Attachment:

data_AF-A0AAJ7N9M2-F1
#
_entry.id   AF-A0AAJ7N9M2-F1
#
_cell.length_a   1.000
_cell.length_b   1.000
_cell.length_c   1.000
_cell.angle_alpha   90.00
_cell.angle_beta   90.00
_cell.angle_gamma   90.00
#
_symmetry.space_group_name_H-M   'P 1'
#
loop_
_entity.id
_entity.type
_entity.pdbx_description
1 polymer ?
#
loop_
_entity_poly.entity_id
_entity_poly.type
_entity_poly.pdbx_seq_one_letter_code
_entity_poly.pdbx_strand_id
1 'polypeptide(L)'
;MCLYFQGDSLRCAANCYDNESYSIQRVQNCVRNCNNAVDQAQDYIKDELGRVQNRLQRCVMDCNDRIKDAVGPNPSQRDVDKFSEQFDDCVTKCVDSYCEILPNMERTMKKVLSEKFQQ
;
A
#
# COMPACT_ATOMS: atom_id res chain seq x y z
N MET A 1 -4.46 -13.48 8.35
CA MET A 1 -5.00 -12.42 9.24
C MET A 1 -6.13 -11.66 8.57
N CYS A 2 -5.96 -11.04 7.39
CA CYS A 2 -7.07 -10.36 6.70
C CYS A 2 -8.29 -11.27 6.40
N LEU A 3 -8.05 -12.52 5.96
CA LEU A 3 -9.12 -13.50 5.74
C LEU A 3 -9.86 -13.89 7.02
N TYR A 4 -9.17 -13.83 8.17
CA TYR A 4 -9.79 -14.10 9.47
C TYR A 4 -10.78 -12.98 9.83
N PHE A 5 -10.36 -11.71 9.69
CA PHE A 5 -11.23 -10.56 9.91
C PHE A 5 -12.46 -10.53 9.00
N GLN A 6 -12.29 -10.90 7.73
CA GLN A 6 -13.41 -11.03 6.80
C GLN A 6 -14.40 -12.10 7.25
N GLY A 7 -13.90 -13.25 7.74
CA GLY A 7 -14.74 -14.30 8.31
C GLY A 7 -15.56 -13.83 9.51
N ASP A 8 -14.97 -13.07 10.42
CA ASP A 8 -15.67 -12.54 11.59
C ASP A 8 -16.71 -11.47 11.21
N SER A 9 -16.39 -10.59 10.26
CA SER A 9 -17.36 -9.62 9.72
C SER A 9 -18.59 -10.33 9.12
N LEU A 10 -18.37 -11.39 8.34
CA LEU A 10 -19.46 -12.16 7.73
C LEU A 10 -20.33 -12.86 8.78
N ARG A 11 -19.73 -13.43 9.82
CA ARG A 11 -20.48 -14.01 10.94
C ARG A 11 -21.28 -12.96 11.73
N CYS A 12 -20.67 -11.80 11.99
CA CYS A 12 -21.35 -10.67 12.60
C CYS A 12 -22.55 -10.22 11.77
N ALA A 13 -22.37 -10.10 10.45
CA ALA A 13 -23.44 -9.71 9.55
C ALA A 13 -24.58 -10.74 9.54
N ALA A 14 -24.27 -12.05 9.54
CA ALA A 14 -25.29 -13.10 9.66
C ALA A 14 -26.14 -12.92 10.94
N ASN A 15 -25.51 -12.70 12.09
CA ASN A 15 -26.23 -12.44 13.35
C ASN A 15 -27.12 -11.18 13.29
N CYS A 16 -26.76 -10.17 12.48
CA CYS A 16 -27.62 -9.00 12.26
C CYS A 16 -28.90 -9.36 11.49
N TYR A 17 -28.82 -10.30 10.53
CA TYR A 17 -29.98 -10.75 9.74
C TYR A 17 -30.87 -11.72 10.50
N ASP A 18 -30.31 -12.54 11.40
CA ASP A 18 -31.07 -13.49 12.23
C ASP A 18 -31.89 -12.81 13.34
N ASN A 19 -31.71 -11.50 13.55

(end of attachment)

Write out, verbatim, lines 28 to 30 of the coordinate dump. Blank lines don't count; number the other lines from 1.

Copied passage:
A
#
# COMPACT_ATOMS: atom_id res chain seq x y z